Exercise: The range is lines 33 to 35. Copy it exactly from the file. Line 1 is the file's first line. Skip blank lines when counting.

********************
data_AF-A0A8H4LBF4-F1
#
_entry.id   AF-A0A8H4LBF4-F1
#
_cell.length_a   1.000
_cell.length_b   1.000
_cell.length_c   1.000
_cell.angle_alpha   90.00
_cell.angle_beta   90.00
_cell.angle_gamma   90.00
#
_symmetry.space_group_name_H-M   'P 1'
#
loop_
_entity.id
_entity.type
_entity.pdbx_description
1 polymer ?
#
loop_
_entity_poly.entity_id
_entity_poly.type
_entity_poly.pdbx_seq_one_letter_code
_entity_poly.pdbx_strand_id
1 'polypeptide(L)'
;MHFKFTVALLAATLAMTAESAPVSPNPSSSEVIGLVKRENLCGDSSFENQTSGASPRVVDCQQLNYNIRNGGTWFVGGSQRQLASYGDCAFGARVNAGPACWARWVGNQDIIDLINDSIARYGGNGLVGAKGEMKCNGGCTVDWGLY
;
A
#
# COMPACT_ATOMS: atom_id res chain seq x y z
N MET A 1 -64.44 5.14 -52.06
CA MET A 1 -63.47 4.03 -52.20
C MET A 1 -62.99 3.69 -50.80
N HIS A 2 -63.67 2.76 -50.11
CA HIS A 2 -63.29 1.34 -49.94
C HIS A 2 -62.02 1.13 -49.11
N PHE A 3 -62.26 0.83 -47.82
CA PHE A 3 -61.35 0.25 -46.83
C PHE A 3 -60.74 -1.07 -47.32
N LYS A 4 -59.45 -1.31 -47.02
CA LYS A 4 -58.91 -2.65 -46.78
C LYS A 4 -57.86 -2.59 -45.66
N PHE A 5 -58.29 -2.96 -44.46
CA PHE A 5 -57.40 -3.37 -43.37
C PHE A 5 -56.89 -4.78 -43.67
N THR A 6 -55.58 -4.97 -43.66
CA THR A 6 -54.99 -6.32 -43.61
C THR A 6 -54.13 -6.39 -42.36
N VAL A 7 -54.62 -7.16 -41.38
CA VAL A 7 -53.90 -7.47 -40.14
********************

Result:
C MET A 1 -62.99 3.69 -50.80
N HIS A 2 -63.67 2.76 -50.11
CA HIS A 2 -63.29 1.34 -49.94